Hello from NC! I’m looking out of my sunroom at the bright green new leaves of spring, fighting off cats who are so happy to see me, and feeling enormously grateful to be home!
Our travels went well and Susan and I both slept “normal” hours, so we are hopeful that we won’t be jet lag casualties for more than a day or two. (You can’t recover from 28+ hours of travel overnight, no matter how much sleep you get!)
I got the above photo from Ronald while I was in the Brussels airport and I *love* it. There are a lot of things to love: the traditional gomesi that the Tailoring class made for me as a surprise, the uber successful 4th graduation of our biggest Skills for Life group yet, the fashion show where I was showing off the dress and my (questionable) Ugandan dance moves, Peace dancing in the background.
But what I love the most is that it captures why Touch the Slum has been so successful.
Genuine respect and partnership. Friendship. Fun and laughter. Hard work. Collaboration. Gratitude. Celebration. Cross-culture.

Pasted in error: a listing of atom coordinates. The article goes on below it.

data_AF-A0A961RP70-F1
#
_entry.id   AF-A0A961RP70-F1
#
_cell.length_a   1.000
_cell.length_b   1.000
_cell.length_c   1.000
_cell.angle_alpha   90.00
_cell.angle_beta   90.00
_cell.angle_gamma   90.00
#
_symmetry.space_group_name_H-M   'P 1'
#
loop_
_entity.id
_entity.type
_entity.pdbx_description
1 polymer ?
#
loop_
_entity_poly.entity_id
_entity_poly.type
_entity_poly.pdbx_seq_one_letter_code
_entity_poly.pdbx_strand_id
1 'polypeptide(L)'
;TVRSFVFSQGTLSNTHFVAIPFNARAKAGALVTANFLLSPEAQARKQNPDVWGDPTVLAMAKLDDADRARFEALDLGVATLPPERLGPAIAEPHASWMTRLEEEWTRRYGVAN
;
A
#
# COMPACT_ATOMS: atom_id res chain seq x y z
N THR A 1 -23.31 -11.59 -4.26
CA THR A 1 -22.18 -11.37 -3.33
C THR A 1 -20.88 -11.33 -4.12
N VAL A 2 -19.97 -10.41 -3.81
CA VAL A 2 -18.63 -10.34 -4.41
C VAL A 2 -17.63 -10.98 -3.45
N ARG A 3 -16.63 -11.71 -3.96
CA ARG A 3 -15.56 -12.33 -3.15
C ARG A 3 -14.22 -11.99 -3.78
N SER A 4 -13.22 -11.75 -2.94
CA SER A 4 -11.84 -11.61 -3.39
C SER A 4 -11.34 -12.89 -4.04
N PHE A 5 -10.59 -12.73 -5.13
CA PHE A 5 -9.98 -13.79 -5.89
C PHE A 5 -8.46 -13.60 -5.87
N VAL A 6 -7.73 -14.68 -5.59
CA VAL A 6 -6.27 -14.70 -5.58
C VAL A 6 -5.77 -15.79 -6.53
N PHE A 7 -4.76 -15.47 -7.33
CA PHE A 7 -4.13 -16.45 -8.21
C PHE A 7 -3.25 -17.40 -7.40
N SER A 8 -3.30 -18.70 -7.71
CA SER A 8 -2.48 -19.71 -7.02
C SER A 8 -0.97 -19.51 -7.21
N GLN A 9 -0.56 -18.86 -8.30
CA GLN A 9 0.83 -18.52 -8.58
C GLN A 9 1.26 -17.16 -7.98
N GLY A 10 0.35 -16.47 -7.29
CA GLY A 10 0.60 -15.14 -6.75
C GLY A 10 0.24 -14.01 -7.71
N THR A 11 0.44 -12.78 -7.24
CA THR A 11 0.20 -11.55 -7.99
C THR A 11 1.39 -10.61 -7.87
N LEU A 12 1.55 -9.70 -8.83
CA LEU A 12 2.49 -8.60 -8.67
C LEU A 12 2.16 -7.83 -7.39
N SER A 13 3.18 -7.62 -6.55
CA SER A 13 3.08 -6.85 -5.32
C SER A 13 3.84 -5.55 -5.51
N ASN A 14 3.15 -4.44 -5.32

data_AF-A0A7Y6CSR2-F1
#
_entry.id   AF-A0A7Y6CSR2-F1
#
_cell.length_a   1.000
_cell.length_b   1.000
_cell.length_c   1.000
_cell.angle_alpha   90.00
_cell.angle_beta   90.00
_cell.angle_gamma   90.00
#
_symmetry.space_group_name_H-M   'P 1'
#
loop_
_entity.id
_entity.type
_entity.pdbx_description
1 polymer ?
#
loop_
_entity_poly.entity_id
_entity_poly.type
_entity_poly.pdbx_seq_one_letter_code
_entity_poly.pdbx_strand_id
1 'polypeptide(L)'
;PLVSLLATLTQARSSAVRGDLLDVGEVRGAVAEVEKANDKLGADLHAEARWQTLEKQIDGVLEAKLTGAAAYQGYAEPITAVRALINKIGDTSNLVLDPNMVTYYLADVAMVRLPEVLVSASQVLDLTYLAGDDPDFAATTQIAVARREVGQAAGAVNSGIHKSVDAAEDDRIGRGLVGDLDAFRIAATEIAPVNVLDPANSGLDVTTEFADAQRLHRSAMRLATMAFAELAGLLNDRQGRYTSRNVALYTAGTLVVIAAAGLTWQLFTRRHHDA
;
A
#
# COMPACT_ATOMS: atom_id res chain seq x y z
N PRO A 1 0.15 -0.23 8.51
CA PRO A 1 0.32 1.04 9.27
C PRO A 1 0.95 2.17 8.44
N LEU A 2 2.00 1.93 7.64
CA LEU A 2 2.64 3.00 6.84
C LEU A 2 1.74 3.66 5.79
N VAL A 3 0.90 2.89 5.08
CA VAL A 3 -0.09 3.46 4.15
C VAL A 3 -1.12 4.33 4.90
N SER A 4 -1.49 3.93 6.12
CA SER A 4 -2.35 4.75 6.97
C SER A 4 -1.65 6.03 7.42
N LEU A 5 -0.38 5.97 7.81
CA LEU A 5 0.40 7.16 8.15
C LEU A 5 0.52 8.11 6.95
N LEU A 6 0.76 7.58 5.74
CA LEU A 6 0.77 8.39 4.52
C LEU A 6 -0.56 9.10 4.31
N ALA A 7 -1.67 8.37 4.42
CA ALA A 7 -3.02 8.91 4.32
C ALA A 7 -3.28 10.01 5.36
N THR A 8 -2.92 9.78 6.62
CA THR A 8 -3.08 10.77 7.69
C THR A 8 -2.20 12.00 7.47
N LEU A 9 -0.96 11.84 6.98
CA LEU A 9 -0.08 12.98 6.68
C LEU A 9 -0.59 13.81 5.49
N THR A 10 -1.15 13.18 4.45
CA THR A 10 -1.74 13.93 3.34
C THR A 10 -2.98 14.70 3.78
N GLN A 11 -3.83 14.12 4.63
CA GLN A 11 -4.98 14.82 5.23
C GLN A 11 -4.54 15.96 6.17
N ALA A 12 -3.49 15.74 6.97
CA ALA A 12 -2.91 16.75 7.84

The whole team did a phenomenal job putting together the graduation. (You can see some videos at Instagram, icon below.) The speakers — the local Council Chairman, a pastor friend, a bishop, parents, students, and teachers — all spoke of the profound innovation and real changes they have seen. There were a lot of happy tears.
There’s a lot more to come. We have new challenges all the time, an unlimited stream of teen moms and teen girls who need help, the usual constraints and obstacles any nonprofit faces.
But we have YOU. We have the support of the local community. We have all the things that photo above sums up.
We can’t wait to see what’s next!
PS We’re going to be posting our new Large DonorSee project this week — a deep well for the Rwakobo/Wells of Hope Primary School community, which will serve 3,000 people with clean, fresh water every day. We’ll need to get to 10% quickly so it is visible to the wider DonorSee audience. We’d appreciate you thinking about what you might be able to give over the next couple of days so we can hit the ground running. If we can fund the well quickly, the students and residents of Rwakobo Village will have a deep well by dry season!
This photo is one of the “seasonal wells” (aka large puddle) where they currently must get water to survive – yeah, it’s as bad as it looks!